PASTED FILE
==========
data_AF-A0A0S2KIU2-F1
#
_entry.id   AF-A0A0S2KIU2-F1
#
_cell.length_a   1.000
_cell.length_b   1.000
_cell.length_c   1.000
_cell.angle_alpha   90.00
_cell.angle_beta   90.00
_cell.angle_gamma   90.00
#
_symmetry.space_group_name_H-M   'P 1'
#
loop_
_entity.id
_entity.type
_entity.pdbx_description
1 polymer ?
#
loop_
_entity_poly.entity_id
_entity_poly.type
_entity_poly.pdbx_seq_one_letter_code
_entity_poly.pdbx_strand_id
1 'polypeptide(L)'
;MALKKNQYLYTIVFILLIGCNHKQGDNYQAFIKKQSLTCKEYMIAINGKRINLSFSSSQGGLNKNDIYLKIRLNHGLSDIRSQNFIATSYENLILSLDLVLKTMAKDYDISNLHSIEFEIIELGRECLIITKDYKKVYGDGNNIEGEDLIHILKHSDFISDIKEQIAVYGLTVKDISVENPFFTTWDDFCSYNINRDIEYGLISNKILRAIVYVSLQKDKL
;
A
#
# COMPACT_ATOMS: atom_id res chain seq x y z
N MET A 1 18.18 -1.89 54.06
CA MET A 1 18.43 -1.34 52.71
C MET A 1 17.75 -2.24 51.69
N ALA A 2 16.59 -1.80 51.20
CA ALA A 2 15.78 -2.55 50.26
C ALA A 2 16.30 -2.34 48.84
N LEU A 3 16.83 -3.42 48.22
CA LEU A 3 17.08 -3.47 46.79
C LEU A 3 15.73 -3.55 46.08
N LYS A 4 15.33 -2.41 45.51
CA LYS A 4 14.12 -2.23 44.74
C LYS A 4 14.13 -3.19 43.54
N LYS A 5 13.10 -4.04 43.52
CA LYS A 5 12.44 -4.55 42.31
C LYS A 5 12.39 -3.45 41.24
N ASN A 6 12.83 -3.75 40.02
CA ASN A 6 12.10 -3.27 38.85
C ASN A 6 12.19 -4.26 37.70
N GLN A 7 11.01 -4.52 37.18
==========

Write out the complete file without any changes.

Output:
data_AF-A0A0S2KIU2-F1
#
_entry.id   AF-A0A0S2KIU2-F1
#
_cell.length_a   1.000
_cell.length_b   1.000
_cell.length_c   1.000
_cell.angle_alpha   90.00
_cell.angle_beta   90.00
_cell.angle_gamma   90.00
#
_symmetry.space_group_name_H-M   'P 1'
#
loop_
_entity.id
_entity.type
_entity.pdbx_description
1 polymer ?
#
loop_
_entity_poly.entity_id
_entity_poly.type
_entity_poly.pdbx_seq_one_letter_code
_entity_poly.pdbx_strand_id
1 'polypeptide(L)'
;MALKKNQYLYTIVFILLIGCNHKQGDNYQAFIKKQSLTCKEYMIAINGKRINLSFSSSQGGLNKNDIYLKIRLNHGLSDIRSQNFIATSYENLILSLDLVLKTMAKDYDISNLHSIEFEIIELGRECLIITKDYKKVYGDGNNIEGEDLIHILKHSDFISDIKEQIAVYGLTVKDISVENPFFTTWDDFCSYNINRDIEYGLISNKILRAIVYVSLQKDKL
;
A
#
# COMPACT_ATOMS: atom_id res chain seq x y z
N MET A 1 18.18 -1.89 54.06
CA MET A 1 18.43 -1.34 52.71
C MET A 1 17.75 -2.24 51.69
N ALA A 2 16.59 -1.80 51.20
CA ALA A 2 15.78 -2.55 50.26
C ALA A 2 16.30 -2.34 48.84
N LEU A 3 16.83 -3.42 48.22
CA LEU A 3 17.08 -3.47 46.79
C LEU A 3 15.73 -3.55 46.08
N LYS A 4 15.33 -2.41 45.51
CA LYS A 4 14.12 -2.23 44.74
C LYS A 4 14.13 -3.19 43.54
N LYS A 5 13.10 -4.04 43.52
CA LYS A 5 12.44 -4.55 42.31
C LYS A 5 12.39 -3.45 41.24
N ASN A 6 12.83 -3.75 40.02
CA ASN A 6 12.10 -3.27 38.85
C ASN A 6 12.19 -4.26 37.70
N GLN A 7 11.01 -4.52 37.18